The club you pick will also determine your “earnings” although, at this point, I’m not sure what you can do with those!
I decided to give Crystal Palace a try. Ever since Tony Pullis was awarded the Barclays Premier League Manager of the Year for the remarkable feat of saving Palace from relegation in 2013-14 (finishing 11th), the club has been one of my favorites. I love how they dodged that bullet and how they’ve kept playing good football against greater foes.
After a couple of training sessions, you are told that you’ll get to go on the pre-season tour with the rest of the lads. This leads to some amusing clips, where you and your best mate Gareth struggle with adjusting the seats in the plane; a subtle way for the game to create that sense of wonder and excitement in you, reminding you that although you are a pro you are still just a kid.
This is all the most evident when the pre-season matches get announced. You learn that you will play three of the most formidable teams in the world: PSG, Borussia Dortmund and Real Madrid.
During the first match, you get asked to step in with 30 minutes left to go on the clock. The manager gives you some pointers and off you go. The game does a great job at making you feel the importance of the moment; this is the first time you wear the jersey and everyone around you represents what you hope you will one day become.
While the tour itself is fairly uneventful (apart from the 3-0 beating that I got at the hands of Dortmund), it serves the purpose of getting you more invested in the club. This would later on play a role in the wider storyline, but we will get to that in due time…
I don’t know if it is by chance that my first Premier League match was at Anfield or whether the game intentionally makes it that way but, let me tell you this: hearing those fans sing “You’ll never walk alone” will give you the freaking chills!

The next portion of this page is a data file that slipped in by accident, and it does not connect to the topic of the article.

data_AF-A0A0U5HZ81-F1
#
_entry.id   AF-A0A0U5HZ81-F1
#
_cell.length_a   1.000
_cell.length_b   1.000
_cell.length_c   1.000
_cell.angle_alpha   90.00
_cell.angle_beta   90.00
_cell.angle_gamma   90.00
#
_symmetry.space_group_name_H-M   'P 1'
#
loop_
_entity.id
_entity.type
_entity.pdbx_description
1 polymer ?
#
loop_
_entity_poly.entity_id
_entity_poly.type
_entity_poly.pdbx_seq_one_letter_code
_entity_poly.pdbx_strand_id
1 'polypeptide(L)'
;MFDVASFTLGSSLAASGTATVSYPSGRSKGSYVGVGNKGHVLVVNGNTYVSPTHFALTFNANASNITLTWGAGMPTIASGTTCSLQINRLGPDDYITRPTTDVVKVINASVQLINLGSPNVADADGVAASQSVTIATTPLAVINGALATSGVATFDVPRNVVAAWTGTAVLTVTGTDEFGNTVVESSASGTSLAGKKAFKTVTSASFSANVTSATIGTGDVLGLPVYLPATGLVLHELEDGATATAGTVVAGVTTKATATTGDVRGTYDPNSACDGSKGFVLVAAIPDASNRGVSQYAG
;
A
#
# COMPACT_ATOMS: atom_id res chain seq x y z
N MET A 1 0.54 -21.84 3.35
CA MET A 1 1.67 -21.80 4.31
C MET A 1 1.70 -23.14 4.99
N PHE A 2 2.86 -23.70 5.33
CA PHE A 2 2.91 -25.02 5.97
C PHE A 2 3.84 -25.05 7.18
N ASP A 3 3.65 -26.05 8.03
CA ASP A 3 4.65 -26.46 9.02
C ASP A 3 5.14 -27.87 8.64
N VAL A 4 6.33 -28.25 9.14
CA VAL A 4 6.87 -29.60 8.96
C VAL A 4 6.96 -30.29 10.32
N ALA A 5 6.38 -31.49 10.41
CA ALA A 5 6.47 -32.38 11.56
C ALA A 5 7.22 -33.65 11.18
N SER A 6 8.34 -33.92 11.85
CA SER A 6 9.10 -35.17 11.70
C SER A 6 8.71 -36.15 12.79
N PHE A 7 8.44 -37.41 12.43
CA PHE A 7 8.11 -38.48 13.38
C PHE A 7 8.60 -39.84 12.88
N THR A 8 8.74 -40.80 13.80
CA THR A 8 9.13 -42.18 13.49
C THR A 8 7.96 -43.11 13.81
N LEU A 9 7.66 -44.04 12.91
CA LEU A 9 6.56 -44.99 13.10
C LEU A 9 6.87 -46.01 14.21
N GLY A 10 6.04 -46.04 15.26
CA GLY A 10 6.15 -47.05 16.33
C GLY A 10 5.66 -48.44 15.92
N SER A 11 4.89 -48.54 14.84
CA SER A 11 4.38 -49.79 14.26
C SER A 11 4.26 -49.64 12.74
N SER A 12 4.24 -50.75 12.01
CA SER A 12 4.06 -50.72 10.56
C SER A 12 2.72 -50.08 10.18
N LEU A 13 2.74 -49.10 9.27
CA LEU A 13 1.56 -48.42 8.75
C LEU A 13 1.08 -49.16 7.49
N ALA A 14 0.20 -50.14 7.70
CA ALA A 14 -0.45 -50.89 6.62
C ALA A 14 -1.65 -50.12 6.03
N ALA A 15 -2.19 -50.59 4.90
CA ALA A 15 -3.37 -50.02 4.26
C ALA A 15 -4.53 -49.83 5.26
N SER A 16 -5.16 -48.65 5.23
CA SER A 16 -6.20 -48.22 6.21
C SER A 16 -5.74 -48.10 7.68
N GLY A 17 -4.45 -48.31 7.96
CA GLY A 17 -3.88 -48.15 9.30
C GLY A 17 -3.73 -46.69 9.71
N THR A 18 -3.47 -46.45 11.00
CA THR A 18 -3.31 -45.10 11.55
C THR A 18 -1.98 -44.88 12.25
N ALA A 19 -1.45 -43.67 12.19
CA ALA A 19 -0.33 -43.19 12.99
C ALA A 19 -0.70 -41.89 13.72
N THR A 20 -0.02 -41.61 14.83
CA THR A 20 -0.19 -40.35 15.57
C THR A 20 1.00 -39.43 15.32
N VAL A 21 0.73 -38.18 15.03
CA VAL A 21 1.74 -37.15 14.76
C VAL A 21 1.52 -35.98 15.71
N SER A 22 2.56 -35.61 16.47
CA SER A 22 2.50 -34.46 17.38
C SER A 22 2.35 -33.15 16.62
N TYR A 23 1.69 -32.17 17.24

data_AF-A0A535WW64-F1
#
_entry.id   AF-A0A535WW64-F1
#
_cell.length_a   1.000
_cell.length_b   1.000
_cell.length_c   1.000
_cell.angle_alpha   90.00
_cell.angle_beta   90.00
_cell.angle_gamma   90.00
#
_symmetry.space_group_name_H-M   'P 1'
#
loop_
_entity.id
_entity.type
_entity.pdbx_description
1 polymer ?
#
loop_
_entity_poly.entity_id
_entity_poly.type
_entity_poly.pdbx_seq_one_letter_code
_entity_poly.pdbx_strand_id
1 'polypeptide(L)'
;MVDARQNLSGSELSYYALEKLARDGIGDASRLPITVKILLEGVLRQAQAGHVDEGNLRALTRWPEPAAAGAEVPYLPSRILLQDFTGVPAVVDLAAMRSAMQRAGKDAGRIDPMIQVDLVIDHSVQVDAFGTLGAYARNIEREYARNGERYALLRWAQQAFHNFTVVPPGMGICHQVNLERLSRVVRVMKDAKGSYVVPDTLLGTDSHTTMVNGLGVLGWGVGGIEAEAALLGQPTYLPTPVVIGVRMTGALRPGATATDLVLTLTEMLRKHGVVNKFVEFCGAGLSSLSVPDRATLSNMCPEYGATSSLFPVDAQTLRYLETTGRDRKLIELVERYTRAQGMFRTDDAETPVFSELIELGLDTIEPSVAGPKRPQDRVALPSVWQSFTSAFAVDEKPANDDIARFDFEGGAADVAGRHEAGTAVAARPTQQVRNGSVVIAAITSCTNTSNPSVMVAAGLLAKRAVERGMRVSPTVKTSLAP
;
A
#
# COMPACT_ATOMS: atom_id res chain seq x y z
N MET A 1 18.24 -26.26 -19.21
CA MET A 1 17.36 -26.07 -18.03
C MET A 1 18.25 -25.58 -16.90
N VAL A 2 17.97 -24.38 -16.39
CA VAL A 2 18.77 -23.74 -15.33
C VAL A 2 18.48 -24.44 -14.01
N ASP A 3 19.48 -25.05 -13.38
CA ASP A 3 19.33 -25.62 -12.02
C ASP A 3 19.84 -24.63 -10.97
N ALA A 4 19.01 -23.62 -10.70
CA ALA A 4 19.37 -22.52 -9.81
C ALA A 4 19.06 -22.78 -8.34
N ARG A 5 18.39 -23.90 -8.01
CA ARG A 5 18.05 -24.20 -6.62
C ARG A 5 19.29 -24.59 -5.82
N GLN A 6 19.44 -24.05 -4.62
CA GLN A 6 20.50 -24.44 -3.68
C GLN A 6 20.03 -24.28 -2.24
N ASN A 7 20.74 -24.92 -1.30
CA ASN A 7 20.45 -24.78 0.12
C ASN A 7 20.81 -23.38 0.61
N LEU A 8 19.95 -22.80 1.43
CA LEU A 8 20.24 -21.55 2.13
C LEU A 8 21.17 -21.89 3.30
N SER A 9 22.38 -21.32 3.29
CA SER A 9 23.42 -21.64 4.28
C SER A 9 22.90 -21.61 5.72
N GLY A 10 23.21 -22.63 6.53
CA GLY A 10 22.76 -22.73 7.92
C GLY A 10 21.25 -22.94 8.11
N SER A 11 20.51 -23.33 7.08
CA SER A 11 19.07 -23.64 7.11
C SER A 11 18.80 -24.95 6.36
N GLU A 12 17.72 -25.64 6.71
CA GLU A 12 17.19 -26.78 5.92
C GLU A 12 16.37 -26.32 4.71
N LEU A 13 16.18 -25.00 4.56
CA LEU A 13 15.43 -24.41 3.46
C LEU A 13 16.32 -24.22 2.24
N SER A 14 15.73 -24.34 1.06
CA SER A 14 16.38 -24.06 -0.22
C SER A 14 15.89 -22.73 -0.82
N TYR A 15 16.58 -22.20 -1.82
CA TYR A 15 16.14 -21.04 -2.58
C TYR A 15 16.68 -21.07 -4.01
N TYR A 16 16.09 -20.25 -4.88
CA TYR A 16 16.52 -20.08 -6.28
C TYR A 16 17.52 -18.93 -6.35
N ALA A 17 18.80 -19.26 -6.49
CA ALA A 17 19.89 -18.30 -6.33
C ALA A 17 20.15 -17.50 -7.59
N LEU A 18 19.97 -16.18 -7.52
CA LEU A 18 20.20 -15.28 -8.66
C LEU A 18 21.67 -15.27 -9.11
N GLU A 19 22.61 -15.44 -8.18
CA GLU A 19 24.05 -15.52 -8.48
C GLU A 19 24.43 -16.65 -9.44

I, once again, started on the bench and came in with 20 minutes on the clock, the score sitting at 1-1. On the 89th minute, Cabaye crosses it in from the left and young Alex Hunter, 17 years of age, rises above his marker and heads it in to give Crystal Palace a 2-1 lead! What a feeling!
I couldn’t have asked for a better Premier League debut.
What followed was a mixture between glowing compliments and voices of doubt on Twitter. My Followers count exploded after that one and I felt like this was way too easy.
Then reality sank in.
At this point, I was playing on “Professional” difficulty and, despite the dream debut at Anfield, I struggled to perform at the level the manager required in the following matches. My rating were not high enough to grant me a starting 11 spot, so most of the games, I was coming in from the bench with limited time to make an impact (excuses) hence perpetuating that string of average ratings.
A few games in on the season, I got called to the Gaffer’s office.
I got told I was going on loan to a Championship club. Worse: my best mate, Gareth Walker, who at this point I realized was actually a bit of an idiot, was staying. I didn’t even get to say goodbye to Gallo and Bernard!
I was told to pick between 3 clubs; I chose the one the furthest away from London, packed my bags and made my way to Newcastle.
Just when I though my Journey couldn’t get any worse, as soon as I got to the training ground, I bumped into Williams, the bully from the “Last Chance” trials. Turns out he’s playing as the Striker for Newcastle so – since I’m a number 10 – we are gonna have to get along.
Humpty F-Ing Doo.
Life up North